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Data analysts Charles Gaba and Liz Hamel discuss the strong correlation between political polarization and vaccination disparities in the U.S.

The COVID-19 vaccine has been available for nearly a year, but a large portion of the population is still hesitant to accept the known science behind these vaccines. As the unvaccinated population perpetuates the creation of new and deadlier variants, two data analysts suggest that misinformation is holding us back from eliminating the coronavirus. 

“Beyond news sources, we’ve also seen declining trust and polarizing trust in official sources of information … so that has been a challenge for getting people on the same page about believing scientific explanations of what’s happening in the pandemic.” –Liz Hamel, Kaiser Family Foundation 


Listen: Misinformation may be prolonging the COVID-19 pandemic.


Guests 

Charles Gaba is an independent health care policy data analyst and founder of ACASignups.net, a website tracking enrollments for the Affordable Care Act. He says after analyzing the vaccination rate of every county in the United States, he found a strong correlation between a region’s vaccination rate and its dominant political demographic. “The one factor which I’ve found the strongest, most striking pattern … has been partisanship, basically how the counties voted in the 2020 presidential election.” He says the abundance of different politically aligned news sources are making it difficult to verify accurate information about the COVID-19 vaccine, “There does seem to be a tremendous amount of misinformation.”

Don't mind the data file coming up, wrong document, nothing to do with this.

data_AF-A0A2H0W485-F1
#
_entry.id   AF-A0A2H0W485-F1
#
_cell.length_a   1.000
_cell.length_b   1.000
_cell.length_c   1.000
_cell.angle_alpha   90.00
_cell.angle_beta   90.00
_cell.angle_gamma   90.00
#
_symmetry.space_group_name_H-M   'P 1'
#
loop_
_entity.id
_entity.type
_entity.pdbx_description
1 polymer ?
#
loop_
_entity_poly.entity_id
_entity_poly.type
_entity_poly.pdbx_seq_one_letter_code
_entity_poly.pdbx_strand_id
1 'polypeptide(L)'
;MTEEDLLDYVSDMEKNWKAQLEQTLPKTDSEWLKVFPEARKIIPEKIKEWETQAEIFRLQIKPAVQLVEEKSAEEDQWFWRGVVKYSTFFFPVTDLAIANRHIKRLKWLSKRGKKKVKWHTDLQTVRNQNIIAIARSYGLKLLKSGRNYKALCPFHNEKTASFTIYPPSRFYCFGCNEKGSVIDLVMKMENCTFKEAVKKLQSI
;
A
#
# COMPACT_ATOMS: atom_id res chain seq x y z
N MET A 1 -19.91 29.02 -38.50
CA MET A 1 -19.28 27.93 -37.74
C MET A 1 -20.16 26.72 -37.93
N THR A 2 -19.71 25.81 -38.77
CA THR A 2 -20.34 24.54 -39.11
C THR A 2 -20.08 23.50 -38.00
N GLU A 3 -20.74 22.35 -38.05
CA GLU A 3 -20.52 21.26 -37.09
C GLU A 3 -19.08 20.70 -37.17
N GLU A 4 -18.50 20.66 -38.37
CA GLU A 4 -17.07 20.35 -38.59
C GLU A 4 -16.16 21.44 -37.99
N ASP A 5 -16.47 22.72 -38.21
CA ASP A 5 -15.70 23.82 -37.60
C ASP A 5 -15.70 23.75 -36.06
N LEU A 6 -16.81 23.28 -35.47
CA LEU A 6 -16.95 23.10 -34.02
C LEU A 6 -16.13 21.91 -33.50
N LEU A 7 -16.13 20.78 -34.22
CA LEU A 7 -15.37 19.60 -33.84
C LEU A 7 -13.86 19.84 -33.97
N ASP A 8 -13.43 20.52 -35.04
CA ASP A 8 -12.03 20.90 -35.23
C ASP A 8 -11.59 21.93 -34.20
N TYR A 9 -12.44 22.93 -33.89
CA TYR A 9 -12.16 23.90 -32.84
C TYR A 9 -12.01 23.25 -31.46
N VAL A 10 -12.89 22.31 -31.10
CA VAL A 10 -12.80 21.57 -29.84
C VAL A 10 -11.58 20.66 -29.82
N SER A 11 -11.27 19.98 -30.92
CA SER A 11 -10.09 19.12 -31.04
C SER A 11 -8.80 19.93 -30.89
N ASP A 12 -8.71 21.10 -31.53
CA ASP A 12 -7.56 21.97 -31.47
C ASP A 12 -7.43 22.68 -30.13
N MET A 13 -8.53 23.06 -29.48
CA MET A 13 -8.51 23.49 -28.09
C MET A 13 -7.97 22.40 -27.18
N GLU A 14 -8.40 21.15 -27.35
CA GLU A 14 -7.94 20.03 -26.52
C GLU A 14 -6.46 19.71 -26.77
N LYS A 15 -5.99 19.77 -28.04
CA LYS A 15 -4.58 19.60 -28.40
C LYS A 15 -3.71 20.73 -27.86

Liz Hamel is director of public opinion and survey research for Kaiser Family Foundation. She says when examining vaccination rate disparities, “The biggest factor … is really partisanship. We’ve seen Democrats getting vaccinated at a higher rate than Republicans.” As the science behind COVID-19 evolves, Hamel says some people are hesitant to trust the changing recommendations coming from health experts. “Beyond news sources, we’ve also seen declining trust and polarizing trust in official sources of information … so that has been a challenge for getting people on the same page about believing scientific explanations of what’s happening in the pandemic.”

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